Whether you are buying or selling residential property or commercial property, it is normal to have a lot of questions. Not only are real estate transactions notoriously complex, there is a lot at stake. It is crucial that you get everything done the right way. Both buyers and sellers need to be confident that they can find the right deal for their specific needs.
All parties to a real estate sale can also benefit from a smooth transaction that closes without any major snags. At The Law Offices of Odelia Goldberg, we have extensive experience representing both buyers and sellers in real estate purchases. Here, our Fort Lauderdale real estate lawyer provides a guide to the key things that you should know about buying and selling real estate in Florida.
The Six Main Stages of a Real Estate Transaction in Florida
For sellers, preparing the listing is the first and one of the most crucial steps in a real estate transaction. A comprehensive approach is a must. To start, the seller must gather all relevant information about the property, including its physical attributes, size, amenities, and legal descriptions. It is important to price the property accurately. With that in mind, researching comparable sales in the area is essential. High-quality photographs and a well-written description that highlights the unique features and benefits of the property can be useful. In Florida, the seller must also provide a disclosure statement that informs the buyer of any known defects.
Once the listing is prepared, the next stage is to promote the property effectively to reach potential buyers. In Florida, the real estate market can be highly competitive. For this reason, most sellers of property will want to use multiple marketing channels to promote their property. Examples include listing the property on MLS, advertising through social media platforms, using real estate websites, and even using more traditional methods like a local newspaper. Creating a comprehensive marketing strategy and remaining flexible to adjust is key to getting the right price.
When a buyer is interested in the property, they will need to carry out a thorough evaluation. Most often, this part of the process starts in full with an initial visit or tour. In Florida, many buyers are also from out of state, so virtual tours might be conducted. During an evaluation, buyers will generally assess the property’s condition, location, and whether it meets their needs and budget. Beyond that, buyers will also typically review the seller’s disclosure statement for any potential issues. The evaluation stage is critical for the buyer’s decision-making process.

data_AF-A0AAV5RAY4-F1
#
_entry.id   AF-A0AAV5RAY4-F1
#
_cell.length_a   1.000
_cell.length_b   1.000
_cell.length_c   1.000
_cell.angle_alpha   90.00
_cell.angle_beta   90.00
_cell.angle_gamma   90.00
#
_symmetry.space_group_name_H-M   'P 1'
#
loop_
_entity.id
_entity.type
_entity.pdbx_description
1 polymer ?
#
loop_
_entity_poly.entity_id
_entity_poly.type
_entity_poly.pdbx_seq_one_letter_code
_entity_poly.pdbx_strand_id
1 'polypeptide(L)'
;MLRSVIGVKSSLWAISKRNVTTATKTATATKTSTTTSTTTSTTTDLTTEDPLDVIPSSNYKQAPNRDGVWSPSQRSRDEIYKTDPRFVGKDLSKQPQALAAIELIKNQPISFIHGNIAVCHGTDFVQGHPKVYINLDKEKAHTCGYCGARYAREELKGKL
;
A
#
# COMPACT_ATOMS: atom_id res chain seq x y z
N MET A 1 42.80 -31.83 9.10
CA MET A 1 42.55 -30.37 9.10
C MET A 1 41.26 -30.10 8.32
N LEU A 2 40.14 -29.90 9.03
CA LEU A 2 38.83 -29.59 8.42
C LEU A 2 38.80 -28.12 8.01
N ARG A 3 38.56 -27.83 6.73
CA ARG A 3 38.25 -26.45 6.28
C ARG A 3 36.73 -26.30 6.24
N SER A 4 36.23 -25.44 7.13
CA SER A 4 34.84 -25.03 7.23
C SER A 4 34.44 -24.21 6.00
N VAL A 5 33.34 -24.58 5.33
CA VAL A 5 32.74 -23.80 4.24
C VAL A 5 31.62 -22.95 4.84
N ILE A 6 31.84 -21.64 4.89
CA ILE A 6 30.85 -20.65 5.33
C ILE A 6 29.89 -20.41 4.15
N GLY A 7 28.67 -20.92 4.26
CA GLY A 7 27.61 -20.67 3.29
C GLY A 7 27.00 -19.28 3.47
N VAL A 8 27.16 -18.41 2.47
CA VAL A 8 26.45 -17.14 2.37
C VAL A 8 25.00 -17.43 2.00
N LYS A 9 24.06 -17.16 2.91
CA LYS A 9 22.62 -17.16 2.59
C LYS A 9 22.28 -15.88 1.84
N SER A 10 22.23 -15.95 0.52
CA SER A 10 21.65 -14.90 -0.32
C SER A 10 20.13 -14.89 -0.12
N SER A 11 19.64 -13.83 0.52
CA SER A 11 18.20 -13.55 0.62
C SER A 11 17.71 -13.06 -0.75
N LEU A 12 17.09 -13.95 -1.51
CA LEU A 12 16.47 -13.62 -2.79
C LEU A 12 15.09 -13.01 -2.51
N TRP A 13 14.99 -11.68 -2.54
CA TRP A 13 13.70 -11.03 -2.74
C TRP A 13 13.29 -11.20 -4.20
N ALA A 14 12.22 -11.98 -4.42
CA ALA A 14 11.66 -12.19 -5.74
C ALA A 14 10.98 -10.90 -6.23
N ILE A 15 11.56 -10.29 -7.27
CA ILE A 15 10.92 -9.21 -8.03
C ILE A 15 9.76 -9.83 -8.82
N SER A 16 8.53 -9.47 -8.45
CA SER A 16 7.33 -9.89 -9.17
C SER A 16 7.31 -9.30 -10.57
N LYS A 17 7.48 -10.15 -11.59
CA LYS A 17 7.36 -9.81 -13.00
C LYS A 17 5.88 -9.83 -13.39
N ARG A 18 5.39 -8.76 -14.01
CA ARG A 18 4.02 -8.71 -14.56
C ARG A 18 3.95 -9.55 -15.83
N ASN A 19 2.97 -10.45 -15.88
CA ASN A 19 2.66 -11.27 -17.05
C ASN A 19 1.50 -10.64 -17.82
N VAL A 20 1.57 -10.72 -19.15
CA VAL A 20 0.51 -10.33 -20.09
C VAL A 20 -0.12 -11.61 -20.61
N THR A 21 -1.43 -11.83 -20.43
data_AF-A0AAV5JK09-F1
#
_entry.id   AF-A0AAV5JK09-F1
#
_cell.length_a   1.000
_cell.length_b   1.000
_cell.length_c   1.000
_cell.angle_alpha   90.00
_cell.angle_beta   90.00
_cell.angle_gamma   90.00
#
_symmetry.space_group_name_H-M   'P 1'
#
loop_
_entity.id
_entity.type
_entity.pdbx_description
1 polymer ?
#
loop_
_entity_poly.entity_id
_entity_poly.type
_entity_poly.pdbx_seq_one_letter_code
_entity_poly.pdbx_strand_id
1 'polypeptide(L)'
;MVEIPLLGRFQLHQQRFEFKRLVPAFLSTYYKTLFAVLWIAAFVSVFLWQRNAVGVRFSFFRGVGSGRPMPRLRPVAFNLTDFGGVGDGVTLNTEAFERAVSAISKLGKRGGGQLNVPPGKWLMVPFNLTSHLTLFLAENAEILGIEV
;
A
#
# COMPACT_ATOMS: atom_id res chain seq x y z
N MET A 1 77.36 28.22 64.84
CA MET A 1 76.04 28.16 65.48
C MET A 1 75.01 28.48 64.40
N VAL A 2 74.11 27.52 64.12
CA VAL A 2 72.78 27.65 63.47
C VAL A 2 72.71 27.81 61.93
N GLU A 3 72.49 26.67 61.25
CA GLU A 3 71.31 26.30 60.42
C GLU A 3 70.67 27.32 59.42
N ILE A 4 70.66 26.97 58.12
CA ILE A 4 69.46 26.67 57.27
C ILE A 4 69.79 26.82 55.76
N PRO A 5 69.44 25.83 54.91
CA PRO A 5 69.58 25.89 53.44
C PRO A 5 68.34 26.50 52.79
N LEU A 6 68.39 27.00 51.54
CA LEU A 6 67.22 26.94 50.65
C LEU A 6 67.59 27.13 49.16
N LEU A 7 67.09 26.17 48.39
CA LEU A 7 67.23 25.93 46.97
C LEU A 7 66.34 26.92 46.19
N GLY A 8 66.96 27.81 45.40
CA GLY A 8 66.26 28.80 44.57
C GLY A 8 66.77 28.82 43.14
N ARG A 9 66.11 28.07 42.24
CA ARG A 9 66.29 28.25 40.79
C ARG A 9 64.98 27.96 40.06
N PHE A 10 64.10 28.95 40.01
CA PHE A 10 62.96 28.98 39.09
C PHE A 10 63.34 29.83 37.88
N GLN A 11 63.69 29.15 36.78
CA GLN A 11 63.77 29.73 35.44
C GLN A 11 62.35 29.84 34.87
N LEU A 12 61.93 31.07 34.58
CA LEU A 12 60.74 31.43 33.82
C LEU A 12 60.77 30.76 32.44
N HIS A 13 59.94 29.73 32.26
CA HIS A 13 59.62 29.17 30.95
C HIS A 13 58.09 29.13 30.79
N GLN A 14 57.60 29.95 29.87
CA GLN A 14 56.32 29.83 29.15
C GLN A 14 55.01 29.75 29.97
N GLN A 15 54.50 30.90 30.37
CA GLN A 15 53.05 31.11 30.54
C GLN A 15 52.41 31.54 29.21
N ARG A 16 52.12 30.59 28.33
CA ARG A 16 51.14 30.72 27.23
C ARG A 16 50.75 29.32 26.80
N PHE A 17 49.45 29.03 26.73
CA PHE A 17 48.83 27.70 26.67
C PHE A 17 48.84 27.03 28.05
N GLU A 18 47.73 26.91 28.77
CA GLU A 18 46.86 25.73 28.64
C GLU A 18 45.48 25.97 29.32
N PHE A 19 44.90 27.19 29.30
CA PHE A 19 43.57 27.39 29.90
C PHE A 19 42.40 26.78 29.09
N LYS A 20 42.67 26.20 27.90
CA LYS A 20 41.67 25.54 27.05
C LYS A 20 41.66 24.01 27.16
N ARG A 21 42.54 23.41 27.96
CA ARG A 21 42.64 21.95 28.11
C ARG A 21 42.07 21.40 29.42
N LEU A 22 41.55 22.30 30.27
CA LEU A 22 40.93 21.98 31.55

Once the buyer has evaluated the property and decided to move forward, the negotiation phase begins. What makes a good real estate transaction? For both the buyer and the seller, price matters. Other terms are also key as well. The negotiation process involves both parties discussing the terms of the sale, including the price, closing date, and any contingencies.
In Florida, this phase can be complex and may require several rounds of negotiation. It is common for buyers to make an initial offer below the asking price. Once both parties agree on the terms, they will enter into a formal written contract, commonly known as the Purchase and Sales Agreement, which outlines the specific terms and conditions of the sale.
Before it can move to closing, a property will usually need to be appraised—a legal requirement if the buyer is getting a mortgage—and other conditions (contingencies) may need to be satisfied. As defined simply by Business Insider, a contingency is “a condition that must be met before a contract to buy a house is enforceable.” Appraisal is a very common contingency. It is a process where a third party evaluates the property to ensure that the agreed-upon price is fair market value. The appraisal is particularly important for buyers obtaining a mortgage—the reason being that lenders will usually only finance up to the appraised value. In Florida, other common contingencies include obtaining financing, conducting inspections, and ensuring the property has a clear title.
The final stage is the closing process, often referred to as “closing” or “settlement.” In Florida, an escrow agent or attorney usually handles this process. During closing, all necessary documents are signed, and funds are transferred. Most often, this part of the process will involve the buyer signing the mortgage documents and the seller signing the deed over to the buyer. Closing costs, which can include attorney fees, taxes, and other expenses, are also settled at this time. Once all documents are signed and recorded and the funds have been distributed, the buyer receives the keys to the property, marking the completion of the real estate transaction.
Real Estate Transactions are Complicated: Proper Representation is Key
Given the complexity and the high stakes involved in real estate transactions, having proper representation is imperative, especially in a dynamic market like South Florida. A top Fort Lauderdale real estate lawyer can review contracts, ensure legal compliance, represent you in negotiations, and help you navigate the closing process. As every residential and commercial real estate transaction involves its own unique set of circumstances, it is crucial that buyers and sellers in South Florida have personalized legal representation.
Get Help From Our Florida Real Estate Lawyer for Immediate Help
At The Law Offices of Odelia Goldberg, our Fort Lauderdale real estate attorney has the professional expertise that you can trust. If you have any questions about the buying or selling of real property, we are here as your resource. Contact our legal team today to set up your confidential initial legal consultation. From our Fort Lauderdale office, we serve communities all across South Florida.
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